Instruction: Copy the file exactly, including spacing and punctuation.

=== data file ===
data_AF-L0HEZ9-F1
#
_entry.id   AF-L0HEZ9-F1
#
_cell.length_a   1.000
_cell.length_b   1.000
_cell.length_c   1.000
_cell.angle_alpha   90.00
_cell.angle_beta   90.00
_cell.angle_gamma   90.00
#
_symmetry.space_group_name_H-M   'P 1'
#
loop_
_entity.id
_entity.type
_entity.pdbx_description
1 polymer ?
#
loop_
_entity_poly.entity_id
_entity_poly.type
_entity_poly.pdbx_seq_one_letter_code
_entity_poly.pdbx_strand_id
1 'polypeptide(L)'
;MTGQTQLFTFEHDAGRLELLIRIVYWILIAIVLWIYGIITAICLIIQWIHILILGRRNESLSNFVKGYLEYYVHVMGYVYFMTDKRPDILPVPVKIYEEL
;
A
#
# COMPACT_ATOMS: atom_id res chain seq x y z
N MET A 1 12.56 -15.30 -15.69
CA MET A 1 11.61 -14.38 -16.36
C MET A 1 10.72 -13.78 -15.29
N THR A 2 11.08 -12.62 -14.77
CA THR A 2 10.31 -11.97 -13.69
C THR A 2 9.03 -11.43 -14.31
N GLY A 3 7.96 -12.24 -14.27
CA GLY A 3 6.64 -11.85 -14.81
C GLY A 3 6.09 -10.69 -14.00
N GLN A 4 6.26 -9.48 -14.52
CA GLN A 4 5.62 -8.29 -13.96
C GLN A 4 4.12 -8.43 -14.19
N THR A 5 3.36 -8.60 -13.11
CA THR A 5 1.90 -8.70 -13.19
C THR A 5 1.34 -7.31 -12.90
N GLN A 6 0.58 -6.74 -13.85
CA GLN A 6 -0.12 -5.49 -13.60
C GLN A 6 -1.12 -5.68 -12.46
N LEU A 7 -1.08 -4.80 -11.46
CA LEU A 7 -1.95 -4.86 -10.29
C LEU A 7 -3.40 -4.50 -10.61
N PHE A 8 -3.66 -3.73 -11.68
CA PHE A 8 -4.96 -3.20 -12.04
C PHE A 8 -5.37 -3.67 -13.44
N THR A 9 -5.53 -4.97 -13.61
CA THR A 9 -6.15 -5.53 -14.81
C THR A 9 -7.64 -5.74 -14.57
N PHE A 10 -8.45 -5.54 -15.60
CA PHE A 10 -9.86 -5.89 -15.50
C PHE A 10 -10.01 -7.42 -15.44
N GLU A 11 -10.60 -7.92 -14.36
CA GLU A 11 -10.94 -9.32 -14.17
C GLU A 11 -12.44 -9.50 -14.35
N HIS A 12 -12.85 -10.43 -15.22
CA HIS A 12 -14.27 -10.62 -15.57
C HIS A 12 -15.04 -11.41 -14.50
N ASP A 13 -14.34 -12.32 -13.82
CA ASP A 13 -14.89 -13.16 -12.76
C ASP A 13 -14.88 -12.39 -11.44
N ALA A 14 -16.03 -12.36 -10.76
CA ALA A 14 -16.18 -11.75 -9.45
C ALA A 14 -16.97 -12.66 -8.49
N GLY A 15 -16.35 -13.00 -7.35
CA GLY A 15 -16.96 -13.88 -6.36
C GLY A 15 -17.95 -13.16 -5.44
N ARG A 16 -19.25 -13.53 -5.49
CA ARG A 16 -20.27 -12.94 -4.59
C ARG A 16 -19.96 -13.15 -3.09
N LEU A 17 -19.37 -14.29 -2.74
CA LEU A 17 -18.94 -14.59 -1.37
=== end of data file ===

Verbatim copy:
data_AF-L0HEZ9-F1
#
_entry.id   AF-L0HEZ9-F1
#
_cell.length_a   1.000
_cell.length_b   1.000
_cell.length_c   1.000
_cell.angle_alpha   90.00
_cell.angle_beta   90.00
_cell.angle_gamma   90.00
#
_symmetry.space_group_name_H-M   'P 1'
#
loop_
_entity.id
_entity.type
_entity.pdbx_description
1 polymer ?
#
loop_
_entity_poly.entity_id
_entity_poly.type
_entity_poly.pdbx_seq_one_letter_code
_entity_poly.pdbx_strand_id
1 'polypeptide(L)'
;MTGQTQLFTFEHDAGRLELLIRIVYWILIAIVLWIYGIITAICLIIQWIHILILGRRNESLSNFVKGYLEYYVHVMGYVYFMTDKRPDILPVPVKIYEEL
;
A
#
# COMPACT_ATOMS: atom_id res chain seq x y z
N MET A 1 12.56 -15.30 -15.69
CA MET A 1 11.61 -14.38 -16.36
C MET A 1 10.72 -13.78 -15.29
N THR A 2 11.08 -12.62 -14.77
CA THR A 2 10.31 -11.97 -13.69
C THR A 2 9.03 -11.43 -14.31
N GLY A 3 7.96 -12.24 -14.27
CA GLY A 3 6.64 -11.85 -14.81
C GLY A 3 6.09 -10.69 -14.00
N GLN A 4 6.26 -9.48 -14.52
CA GLN A 4 5.62 -8.29 -13.96
C GLN A 4 4.12 -8.43 -14.19
N THR A 5 3.36 -8.60 -13.11
CA THR A 5 1.90 -8.70 -13.19
C THR A 5 1.34 -7.31 -12.90
N GLN A 6 0.58 -6.74 -13.85
CA GLN A 6 -0.12 -5.49 -13.60
C GLN A 6 -1.12 -5.68 -12.46
N LEU A 7 -1.08 -4.80 -11.46
CA LEU A 7 -1.95 -4.86 -10.29
C LEU A 7 -3.40 -4.50 -10.61
N PHE A 8 -3.66 -3.73 -11.68
CA PHE A 8 -4.96 -3.20 -12.04
C PHE A 8 -5.37 -3.67 -13.44
N THR A 9 -5.53 -4.97 -13.61
CA THR A 9 -6.15 -5.53 -14.81
C THR A 9 -7.64 -5.74 -14.57
N PHE A 10 -8.45 -5.54 -15.60
CA PHE A 10 -9.86 -5.89 -15.50
C PHE A 10 -10.01 -7.42 -15.44
N GLU A 11 -10.60 -7.92 -14.36
CA GLU A 11 -10.94 -9.32 -14.17
C GLU A 11 -12.44 -9.50 -14.35
N HIS A 12 -12.85 -10.43 -15.22
CA HIS A 12 -14.27 -10.62 -15.57
C HIS A 12 -15.04 -11.41 -14.50
N ASP A 13 -14.34 -12.32 -13.82
CA ASP A 13 -14.89 -13.16 -12.76
C ASP A 13 -14.88 -12.39 -11.44
N ALA A 14 -16.03 -12.36 -10.76
CA ALA A 14 -16.18 -11.75 -9.45
C ALA A 14 -16.97 -12.66 -8.49
N GLY A 15 -16.35 -13.00 -7.35
CA GLY A 15 -16.96 -13.88 -6.36
C GLY A 15 -17.95 -13.16 -5.44
N ARG A 16 -19.25 -13.53 -5.49
CA ARG A 16 -20.27 -12.94 -4.59
C ARG A 16 -19.96 -13.15 -3.09
N LEU A 17 -19.37 -14.29 -2.74
CA LEU A 17 -18.94 -14.59 -1.37